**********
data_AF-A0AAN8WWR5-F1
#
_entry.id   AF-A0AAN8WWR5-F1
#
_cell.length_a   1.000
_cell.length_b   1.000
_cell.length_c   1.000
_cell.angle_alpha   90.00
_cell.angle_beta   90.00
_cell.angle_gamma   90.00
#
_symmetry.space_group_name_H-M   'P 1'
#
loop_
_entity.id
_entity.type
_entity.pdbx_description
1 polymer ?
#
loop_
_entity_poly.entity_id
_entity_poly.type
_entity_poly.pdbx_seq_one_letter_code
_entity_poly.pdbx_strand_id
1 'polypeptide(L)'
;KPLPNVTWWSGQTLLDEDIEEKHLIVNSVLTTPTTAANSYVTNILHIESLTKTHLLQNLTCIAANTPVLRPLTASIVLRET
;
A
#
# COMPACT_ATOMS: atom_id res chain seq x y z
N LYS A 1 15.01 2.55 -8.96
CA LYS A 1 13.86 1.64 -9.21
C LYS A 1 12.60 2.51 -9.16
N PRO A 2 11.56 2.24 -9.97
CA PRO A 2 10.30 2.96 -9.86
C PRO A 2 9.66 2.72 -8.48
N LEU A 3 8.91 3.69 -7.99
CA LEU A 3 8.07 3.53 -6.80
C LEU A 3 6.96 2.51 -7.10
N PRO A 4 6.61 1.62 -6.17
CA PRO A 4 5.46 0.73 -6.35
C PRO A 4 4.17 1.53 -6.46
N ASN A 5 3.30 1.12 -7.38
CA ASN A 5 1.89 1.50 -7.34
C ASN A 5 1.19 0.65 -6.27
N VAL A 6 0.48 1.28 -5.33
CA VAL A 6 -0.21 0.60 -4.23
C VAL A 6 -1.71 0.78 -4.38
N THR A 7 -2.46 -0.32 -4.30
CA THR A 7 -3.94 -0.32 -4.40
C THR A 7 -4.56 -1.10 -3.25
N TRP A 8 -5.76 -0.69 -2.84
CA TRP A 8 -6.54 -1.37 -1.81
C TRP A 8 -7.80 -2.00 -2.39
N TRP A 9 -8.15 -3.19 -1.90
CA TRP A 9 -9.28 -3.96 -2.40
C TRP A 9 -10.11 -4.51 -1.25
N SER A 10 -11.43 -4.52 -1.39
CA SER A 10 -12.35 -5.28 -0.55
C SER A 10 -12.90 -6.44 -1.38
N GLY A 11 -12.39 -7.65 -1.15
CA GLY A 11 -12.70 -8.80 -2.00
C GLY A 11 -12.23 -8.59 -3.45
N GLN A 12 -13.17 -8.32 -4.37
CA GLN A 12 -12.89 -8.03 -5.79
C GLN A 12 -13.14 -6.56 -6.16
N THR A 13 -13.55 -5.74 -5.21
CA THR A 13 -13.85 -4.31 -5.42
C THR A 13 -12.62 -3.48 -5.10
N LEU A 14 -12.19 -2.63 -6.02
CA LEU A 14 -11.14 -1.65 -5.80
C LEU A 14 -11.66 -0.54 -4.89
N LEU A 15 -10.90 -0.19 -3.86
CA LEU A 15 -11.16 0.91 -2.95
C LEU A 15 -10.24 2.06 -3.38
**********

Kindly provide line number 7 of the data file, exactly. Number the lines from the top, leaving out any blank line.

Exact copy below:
_cell.length_c   1.000